Nicaragua Day 6: Ometepe Island


We enjoyed a very relaxed Sunday in Moyogalpa, where nearly everything was closed, traffic was minimal, and we hadn’t planned any tourist activities anyway. We had breakfast at a cafe up the road in a hostel run by a Dutch woman and a chain-smoking rack-of-bones American man with bottles of cough medicine and a big box of kleenex at his table. Torre was busy moving chairs around, climbing and running around while we enjoyed our breakfast and chatted with the owners.

“What brought you to Nicaragua?” I asked.
“Stupidity!” the man sighed.

They used to run a hostel in the Caribbean but got tired of being robbed at gunpoint and decided to move somewhere safer. Nicaragua is pretty safe, especially on Ometepe where there is some petty crime, but nothing like they faced before. However, they never counted on the Sandinistas winning another election, and the paperwork and hoops to jump through as business owners is endless. Maybe all the forms they have to submit create jobs somewhere in the government, but it is hard to run a business here.


Hoping swinging would convince Torre to enjoy the hammock with me…



But he’d much rather run around!

When we went back to the hotel, we moved to a double room instead of the cabina, so our cost dropped back into budget at $20/night instead of $50. We relaxed in the hammocks, and Torre ran around some more until he scraped his (already scraped 🙁 )knee, got really gooney, and finally took a nap. Matt went for a walk to explore the town while I read a book and journaled about the day so far and tried to capture impressions:

If my eyes were a camera, this is the picture they’d take – Torre curled on his side with a band-aid on his knee, then rolling on his front with a mew and a grimace, “mah!”
“yep” and he rolls back to his back, eyes closed, hair mussed, mouth almost pouting.

Torre Napping

*Blink* – they’d snap and capture the green leaves tangled and spreading, layers and levels of sturdy trees in yards and empty lots up the street and up the volcano, capped in clouds and accented by cliffs of rust and ash.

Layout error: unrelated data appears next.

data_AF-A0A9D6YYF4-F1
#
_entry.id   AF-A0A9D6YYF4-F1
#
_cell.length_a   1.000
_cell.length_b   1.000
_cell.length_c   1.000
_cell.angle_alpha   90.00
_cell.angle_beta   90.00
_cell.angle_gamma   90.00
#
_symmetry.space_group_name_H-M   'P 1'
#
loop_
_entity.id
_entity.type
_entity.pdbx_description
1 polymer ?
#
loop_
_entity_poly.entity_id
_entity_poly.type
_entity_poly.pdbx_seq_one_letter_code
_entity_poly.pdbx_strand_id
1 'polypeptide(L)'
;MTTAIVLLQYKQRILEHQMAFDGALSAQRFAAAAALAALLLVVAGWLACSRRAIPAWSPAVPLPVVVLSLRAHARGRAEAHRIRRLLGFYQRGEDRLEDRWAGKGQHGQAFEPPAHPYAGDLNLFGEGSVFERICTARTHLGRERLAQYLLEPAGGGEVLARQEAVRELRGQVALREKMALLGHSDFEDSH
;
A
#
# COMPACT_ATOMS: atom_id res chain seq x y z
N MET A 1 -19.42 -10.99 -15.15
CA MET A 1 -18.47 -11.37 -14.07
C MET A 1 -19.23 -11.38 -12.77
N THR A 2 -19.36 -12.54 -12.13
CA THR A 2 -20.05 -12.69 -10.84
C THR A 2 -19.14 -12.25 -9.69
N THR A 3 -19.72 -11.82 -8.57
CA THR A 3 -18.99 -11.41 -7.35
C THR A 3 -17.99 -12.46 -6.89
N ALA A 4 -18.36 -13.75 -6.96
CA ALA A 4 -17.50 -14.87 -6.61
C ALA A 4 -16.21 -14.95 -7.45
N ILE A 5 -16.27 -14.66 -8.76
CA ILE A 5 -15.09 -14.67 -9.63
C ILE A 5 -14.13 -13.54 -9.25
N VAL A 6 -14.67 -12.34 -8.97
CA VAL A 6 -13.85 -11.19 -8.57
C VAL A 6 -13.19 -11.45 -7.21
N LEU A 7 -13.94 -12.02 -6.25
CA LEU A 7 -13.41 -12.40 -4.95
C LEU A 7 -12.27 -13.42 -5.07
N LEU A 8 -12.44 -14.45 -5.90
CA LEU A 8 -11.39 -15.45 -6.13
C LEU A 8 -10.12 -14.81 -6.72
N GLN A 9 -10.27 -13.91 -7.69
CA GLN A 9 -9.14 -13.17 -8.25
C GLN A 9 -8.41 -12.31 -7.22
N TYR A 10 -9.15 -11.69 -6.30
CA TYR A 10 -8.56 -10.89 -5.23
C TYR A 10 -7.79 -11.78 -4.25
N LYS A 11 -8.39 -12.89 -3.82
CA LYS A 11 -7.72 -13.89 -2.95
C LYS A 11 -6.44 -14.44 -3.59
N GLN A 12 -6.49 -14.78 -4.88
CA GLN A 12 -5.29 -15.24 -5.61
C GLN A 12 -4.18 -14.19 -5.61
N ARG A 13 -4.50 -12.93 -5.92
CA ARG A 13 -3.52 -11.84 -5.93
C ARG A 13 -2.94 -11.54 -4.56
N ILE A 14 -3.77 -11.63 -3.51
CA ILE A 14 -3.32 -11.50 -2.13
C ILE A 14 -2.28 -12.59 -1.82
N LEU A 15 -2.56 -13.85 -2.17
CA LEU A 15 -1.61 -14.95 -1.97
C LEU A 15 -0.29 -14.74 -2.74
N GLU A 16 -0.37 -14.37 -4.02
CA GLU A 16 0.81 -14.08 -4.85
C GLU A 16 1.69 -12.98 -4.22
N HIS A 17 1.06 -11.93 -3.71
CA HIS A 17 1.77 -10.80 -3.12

The active volcano on Ometepe, Concepcion, is always cloaked with clouds

*Blink* – the pulse of a soldering gun flashes as they replace a roof across the street, the glare of corrugated sheet metal flashing as it’s hoisted over new struts and drilled into place. The yellow hotel with a greeting painted on its driveway now has a shaded veranda, while our own hotel towers with layers of apartments and hammocks and coffee tables on concrete, clay shingles layered against the sun and rain, bleached red fading to the same colour as rust and coloured flags flap up the street, which at night will be lit with iron snowflakes and shooting stars.

After Torre woke up we went for lunch at another cafe up the street with some French specialties and delicious smoothies, then we walked to the top of the main street where Matt had found a church and there was a park. (Click a picture to scan through them all and see captions)

We went back to the hotel to change our clothes then went to the evening mass. Torre played adorably with some little kids and astonished some parishioners who quickly looked around for the parents of this blond little white boy. The music sounded alternately like it was being pumped out of a carousel or an elevator, and I only caught maybe 5% of what the priest said, but I was glad we went to church. I missed my church family though and corporate worship in my language. All in all I felt a bit lonely.

By the end of this night I also had a parenting/travel crisis of weariness with all the stress and battles of will that come with being across the world with a toddler. It ended okay, but for the sake of transparency and humility, let me share this low point from my journal after Torre went to bed:

“I was stressed and yelled and just felt like the worst, like the typical stressed-out mom on a family vacation who makes everyone miserable by complaining and controlling. I don’t know how to de-escalate my stress, and I feel like I’m in a crisis of not only culture but development, that Torre is in a stage where he often won’t listen, doesn’t understand consequences, always wants to run and touch and taste, and I have to not take it personally when he disobeys or ignores. I have to trust that our consistency and love and grace will pay off in our future relationship with him, when he can conceive of respect, and maybe maybe maybe take my word for stuff.

Weary and disappointed in myself, I almost dozed off in a hammock, but then ended up having late-night pizza with Matt, who loves me and takes care of me. While he bought the pizza, I also really enjoyed just sitting on our patio, listening to the geckos chirp, and trying unsuccessfully to get a good picture of one.

After Matt’s phone battery (and therefore my camera) died I saw a gecko hunt and eat a moth. As someone who is a spazz with moths, this was very gratifying.


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